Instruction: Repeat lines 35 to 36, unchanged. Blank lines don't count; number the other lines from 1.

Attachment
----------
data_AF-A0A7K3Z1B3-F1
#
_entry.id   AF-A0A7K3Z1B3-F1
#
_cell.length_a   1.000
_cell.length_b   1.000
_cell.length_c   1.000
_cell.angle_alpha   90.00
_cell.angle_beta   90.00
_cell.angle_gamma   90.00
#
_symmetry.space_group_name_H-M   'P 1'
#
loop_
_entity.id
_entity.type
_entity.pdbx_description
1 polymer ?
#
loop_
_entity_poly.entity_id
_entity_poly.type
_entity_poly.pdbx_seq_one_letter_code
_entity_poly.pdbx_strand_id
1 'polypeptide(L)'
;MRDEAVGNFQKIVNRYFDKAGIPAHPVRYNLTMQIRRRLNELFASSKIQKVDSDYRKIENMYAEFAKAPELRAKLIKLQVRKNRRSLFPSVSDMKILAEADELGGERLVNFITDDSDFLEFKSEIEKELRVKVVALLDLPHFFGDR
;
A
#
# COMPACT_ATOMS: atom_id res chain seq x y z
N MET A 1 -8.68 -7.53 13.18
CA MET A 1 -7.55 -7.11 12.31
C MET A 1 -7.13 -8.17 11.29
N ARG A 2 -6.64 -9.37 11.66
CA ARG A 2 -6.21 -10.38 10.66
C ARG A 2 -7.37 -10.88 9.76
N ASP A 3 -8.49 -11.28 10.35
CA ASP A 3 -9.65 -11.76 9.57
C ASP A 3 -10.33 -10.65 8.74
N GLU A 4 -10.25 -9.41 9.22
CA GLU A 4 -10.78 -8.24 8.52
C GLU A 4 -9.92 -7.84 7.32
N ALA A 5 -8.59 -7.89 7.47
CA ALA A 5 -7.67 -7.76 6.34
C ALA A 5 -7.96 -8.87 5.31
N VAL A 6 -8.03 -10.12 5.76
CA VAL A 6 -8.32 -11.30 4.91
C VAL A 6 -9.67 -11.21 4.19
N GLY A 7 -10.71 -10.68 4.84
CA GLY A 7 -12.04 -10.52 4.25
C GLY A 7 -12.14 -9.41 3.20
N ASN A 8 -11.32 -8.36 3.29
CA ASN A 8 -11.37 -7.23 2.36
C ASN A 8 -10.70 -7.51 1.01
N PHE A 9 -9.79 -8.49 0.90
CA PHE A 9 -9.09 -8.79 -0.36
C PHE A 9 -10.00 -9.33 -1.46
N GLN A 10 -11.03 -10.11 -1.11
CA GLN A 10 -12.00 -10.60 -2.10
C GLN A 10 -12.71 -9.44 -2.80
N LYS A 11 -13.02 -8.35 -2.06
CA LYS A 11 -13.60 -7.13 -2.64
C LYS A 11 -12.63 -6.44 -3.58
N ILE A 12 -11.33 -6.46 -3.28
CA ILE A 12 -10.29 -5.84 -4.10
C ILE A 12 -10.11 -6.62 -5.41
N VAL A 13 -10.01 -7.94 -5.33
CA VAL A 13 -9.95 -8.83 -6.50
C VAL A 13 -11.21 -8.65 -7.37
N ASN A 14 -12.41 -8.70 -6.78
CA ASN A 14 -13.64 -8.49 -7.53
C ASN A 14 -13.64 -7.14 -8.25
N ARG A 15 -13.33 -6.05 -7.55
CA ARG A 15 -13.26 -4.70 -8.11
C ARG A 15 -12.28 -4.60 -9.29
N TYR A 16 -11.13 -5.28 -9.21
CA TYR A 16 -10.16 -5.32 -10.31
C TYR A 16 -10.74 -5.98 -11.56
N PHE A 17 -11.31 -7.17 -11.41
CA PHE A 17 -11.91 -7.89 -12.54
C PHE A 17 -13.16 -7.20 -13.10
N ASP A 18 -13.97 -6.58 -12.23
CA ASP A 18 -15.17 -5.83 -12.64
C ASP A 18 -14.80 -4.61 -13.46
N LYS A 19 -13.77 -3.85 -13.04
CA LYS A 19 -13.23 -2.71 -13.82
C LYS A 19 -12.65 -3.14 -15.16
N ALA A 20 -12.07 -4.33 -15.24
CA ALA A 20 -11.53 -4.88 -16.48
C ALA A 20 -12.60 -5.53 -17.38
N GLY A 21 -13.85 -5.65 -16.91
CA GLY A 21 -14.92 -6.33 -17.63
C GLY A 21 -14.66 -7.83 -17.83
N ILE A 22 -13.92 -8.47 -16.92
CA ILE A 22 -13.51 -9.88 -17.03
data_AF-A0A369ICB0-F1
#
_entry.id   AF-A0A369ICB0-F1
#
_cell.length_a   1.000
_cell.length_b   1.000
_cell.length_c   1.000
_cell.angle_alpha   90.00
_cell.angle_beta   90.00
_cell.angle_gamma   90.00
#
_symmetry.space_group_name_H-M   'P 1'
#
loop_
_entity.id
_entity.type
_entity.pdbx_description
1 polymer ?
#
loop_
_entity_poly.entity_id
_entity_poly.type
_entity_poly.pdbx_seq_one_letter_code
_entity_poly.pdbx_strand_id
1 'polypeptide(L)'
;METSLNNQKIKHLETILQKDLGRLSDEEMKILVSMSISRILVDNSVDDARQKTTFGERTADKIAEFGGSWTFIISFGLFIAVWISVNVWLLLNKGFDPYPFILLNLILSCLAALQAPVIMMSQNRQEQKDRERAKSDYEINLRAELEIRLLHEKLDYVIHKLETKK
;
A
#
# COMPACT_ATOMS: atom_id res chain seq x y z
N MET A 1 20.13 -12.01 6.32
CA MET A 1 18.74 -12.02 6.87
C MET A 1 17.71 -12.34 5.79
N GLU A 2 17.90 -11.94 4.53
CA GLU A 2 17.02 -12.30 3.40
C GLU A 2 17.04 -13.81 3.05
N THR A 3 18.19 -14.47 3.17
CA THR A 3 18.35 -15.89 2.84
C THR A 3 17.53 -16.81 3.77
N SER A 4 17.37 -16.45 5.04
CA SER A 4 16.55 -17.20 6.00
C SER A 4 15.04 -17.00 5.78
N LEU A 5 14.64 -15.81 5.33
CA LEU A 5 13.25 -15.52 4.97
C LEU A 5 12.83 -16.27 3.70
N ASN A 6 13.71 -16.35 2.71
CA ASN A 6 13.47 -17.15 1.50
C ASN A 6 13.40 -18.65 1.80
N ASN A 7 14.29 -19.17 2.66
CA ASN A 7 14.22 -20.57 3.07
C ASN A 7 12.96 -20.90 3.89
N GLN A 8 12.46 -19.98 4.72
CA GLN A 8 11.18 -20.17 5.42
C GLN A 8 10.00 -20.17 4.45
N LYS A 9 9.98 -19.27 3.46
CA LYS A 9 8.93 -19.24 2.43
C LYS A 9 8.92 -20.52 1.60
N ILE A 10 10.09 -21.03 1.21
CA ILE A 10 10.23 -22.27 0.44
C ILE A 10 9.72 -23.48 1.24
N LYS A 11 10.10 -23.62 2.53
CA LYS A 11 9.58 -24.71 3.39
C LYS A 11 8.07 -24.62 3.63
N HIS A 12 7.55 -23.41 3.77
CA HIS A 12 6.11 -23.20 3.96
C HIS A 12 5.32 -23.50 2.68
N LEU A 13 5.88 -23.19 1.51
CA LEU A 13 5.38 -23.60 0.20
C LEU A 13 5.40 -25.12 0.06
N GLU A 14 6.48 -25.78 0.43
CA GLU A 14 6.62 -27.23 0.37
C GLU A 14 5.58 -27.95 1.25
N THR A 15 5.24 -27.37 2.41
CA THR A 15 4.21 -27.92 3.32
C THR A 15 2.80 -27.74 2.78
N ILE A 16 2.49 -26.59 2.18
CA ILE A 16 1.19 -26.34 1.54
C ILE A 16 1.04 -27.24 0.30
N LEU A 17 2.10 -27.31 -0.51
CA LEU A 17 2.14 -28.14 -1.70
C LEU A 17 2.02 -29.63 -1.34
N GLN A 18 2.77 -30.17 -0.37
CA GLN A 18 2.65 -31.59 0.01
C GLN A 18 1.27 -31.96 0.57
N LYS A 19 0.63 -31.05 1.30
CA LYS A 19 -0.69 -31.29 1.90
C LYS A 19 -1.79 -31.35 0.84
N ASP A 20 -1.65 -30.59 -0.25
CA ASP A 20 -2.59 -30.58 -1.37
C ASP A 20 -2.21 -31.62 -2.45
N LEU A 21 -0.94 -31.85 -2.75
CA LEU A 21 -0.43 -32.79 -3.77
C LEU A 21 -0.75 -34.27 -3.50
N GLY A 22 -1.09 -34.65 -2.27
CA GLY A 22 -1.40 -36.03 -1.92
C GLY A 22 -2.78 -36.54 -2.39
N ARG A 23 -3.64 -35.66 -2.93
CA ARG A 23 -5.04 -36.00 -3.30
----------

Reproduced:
CA ARG A 2 -6.21 -10.38 10.66
C ARG A 2 -7.37 -10.88 9.76